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“My Life is Magical”: Clown Energy vs. Displacement in El Salvador

“My Life is Magical”: Clown Energy vs. Displacement in El Salvador

Imagine shouting “My life is magical!” alongside your friends and family and, for a few moments, feeling the truth of it. That’s the clown energy felt by families in El Salvador during a recent Clowns Without Borders-USA (CWB-USA) tour.

In our universe, imaginative play is a tool — a bridge for people experiencing displacement caused by conflict, political turbulence, economic struggle, and environmental crisis.

El Salvador, where people face multiple causes of displacement, found itself in the spotlight of a tour in November 2023.

Join us under the big top to learn how clown energy brought play, laughter, and relief to people in El Salvador.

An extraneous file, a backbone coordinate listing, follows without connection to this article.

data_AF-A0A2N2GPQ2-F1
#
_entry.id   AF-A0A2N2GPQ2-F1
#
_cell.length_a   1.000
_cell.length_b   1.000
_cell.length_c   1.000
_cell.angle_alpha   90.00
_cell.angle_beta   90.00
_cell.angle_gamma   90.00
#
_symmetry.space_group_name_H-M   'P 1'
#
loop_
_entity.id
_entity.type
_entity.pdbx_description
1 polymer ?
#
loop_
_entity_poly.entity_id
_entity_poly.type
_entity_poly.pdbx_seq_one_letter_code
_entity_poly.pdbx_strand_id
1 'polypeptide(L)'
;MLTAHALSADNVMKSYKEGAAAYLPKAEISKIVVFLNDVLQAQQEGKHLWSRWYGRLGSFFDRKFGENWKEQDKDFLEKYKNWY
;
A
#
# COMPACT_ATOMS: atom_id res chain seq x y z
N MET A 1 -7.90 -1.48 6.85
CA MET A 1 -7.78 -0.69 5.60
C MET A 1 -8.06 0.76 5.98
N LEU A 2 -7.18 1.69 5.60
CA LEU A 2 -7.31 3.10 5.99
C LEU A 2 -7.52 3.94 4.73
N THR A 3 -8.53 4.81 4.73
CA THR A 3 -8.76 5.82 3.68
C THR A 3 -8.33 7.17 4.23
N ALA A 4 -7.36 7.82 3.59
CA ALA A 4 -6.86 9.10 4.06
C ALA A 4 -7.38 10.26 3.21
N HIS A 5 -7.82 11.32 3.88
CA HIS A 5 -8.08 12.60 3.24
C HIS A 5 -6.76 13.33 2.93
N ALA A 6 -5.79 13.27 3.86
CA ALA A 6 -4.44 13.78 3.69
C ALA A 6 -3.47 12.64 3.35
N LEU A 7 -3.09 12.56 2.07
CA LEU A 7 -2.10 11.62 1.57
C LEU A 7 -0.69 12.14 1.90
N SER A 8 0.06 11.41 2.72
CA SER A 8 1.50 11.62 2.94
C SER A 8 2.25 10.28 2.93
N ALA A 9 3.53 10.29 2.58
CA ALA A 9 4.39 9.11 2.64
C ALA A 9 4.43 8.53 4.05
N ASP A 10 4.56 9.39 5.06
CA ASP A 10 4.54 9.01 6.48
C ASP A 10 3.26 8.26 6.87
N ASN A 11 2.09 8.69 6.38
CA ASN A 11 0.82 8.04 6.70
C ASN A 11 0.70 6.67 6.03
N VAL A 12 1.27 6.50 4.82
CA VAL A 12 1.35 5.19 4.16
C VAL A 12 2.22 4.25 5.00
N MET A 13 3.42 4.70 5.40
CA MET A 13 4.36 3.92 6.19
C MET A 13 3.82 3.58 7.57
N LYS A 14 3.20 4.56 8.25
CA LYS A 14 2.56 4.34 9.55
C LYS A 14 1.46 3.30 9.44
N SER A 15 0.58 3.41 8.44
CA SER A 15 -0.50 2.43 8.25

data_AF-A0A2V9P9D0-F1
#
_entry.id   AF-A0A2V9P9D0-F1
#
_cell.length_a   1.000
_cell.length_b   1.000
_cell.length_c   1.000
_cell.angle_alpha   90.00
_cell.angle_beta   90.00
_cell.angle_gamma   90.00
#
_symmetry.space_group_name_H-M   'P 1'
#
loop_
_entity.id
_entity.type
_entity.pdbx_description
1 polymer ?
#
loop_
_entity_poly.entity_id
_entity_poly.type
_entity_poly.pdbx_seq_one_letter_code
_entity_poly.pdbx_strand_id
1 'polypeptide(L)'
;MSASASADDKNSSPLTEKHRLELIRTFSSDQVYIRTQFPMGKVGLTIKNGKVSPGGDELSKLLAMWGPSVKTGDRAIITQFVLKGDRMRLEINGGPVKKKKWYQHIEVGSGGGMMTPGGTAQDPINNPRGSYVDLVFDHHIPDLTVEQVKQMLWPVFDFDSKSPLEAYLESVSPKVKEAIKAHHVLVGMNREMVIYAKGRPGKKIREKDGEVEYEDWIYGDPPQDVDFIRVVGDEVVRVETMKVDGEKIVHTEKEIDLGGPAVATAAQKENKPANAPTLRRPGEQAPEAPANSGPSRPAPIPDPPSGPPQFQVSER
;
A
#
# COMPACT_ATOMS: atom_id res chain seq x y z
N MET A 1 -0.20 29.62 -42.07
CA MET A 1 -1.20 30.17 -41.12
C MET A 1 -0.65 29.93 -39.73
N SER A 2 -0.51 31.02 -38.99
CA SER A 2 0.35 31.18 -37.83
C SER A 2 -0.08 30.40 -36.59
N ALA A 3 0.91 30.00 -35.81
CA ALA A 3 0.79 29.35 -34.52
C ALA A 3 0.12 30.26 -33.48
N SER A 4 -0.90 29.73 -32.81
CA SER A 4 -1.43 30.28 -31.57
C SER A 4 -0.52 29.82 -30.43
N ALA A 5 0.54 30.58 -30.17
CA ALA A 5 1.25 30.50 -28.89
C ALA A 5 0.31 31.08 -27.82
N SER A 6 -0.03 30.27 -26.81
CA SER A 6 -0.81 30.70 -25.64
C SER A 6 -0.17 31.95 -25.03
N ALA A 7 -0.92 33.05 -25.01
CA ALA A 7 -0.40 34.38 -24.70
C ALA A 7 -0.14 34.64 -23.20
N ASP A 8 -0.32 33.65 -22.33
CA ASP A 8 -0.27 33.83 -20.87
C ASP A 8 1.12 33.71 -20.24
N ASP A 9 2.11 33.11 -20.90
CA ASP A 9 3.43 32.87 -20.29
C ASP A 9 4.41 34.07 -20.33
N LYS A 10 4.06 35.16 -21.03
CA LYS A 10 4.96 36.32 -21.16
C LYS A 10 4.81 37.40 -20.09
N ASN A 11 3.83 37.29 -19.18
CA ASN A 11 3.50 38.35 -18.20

Families Face Multiple Causes of Displacement in El Salvador

A clown plays train with kids in El Salvador
CWB Artist Val Juarez leads a train of children at a show in El Salvador.

For decades, deadly gang violence has shaped life in El Salvador. To find safety, many young people left their homes and family members to migrate north. El Salvador has also become a destination for Venezuelans escaping dangerous political and economic conditions.

Even as deaths and migration continue, arbitrary arrests of men suspected of gang activity have added to the heartache.

Fleeing home is stressful for those who leave and those who stay. The road to a new life includes food insecurity, human trafficking, and environmental exposure. Those who stay may not hear from loved ones for weeks at a time.

For these reasons, CWB-USA planned a tour for November 2023.

No one anticipated that the stage was also set for another cause of displacement: Tropical Storm Pilar.

Navigating a Red Alert: Tropical Storm Pilar

Two young boys delight in bubbles as they participate in a clown show in El Salvador.
“We want the clowns to stay here with us.” – Darwin, 6 years old

Clowns Without Borders performances aren’t just fun, they’re strategic endeavors. 

When Tropical Storm Pilar hit, the red alert prompted even more caution than we’d already applied and anticipated.